Seattle Times theater critic Misha Berson reveals the annual Footlight Awards, honoring the best in Seattle-area theater, 2010.
In a year when many small businesses went bust, and many a stage buff was counting pennies, the Seattle theater scene managed to hold steady and continue to deliver a profusion of shows — and quite a few worth cheering for.
Not everyone fared equally well, of course. While Seattle Repertory Theatre recovered its fiscal balance after a wobbly 2009, and ACT Theatre happily posted gains, Intiman Theatre revealed details of a debt much larger and more dangerous to its operation than generally known.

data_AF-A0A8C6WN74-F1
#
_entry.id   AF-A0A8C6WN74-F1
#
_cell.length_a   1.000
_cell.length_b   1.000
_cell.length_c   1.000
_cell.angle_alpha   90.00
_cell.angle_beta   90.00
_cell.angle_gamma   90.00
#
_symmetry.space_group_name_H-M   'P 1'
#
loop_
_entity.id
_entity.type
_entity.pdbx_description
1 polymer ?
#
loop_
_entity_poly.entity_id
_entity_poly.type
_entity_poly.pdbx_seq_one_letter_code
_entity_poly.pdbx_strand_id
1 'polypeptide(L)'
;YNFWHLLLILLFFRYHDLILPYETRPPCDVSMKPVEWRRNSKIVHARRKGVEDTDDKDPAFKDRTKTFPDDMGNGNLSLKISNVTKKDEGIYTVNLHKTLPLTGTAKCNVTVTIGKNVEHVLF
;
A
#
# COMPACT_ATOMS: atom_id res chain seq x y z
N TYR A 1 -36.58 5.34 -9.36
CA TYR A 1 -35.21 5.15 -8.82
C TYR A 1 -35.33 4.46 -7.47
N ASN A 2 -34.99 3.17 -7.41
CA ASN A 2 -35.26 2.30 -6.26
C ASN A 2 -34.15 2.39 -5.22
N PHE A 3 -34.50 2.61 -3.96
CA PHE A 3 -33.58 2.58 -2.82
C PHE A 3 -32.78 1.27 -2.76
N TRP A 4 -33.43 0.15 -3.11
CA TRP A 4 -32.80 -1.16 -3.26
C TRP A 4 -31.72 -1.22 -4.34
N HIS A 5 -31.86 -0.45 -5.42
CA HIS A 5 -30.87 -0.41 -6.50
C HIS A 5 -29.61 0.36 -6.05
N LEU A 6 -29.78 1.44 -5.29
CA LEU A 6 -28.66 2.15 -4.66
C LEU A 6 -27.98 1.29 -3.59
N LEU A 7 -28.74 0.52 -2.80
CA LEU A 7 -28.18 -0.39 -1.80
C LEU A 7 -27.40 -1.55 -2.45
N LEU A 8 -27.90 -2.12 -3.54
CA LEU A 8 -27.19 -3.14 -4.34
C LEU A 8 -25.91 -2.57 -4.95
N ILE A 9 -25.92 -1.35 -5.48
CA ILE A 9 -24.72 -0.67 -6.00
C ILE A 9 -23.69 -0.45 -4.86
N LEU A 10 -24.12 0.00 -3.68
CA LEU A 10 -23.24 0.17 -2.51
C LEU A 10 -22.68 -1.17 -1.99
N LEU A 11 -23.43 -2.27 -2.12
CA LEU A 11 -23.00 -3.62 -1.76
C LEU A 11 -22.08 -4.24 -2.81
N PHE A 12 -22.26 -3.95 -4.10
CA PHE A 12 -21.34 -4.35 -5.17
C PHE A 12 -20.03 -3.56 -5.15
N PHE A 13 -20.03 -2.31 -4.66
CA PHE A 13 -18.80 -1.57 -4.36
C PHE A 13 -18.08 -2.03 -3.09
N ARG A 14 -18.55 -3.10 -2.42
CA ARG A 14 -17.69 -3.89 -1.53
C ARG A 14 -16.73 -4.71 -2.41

But all our leading theater companies (knock wood) are still standing, still producing, and two are under determined, energetic new artistic leadership — Kate Whoriskey at Intiman, and Jerry Manning at Seattle Rep. Intiman hosted the more adventurous roster, but its two world premiere shows (“The Thin Place,” “The Scarlet Letter”) were disappointing. Seattle Rep played it safer and earned more praise, with works by well-known dramatists (Wilson, Albee, Mamet, etc.) Among the mid-sized troupes, Seattle Shakespeare Company had a banner year with both Shakespearean and ancient Greek (“Electra”) winners.
Meanwhile, our smaller companies were the robust pipelines for some of the freshest new American playwriting. And if it wasn’t an exciting annum for musicals new and/or revived (with a few exceptions, most notably 5th Avenue Theatre’s glorious resurrection of Leonard Bernstein’s “Candide”), tuners were plentiful and polished.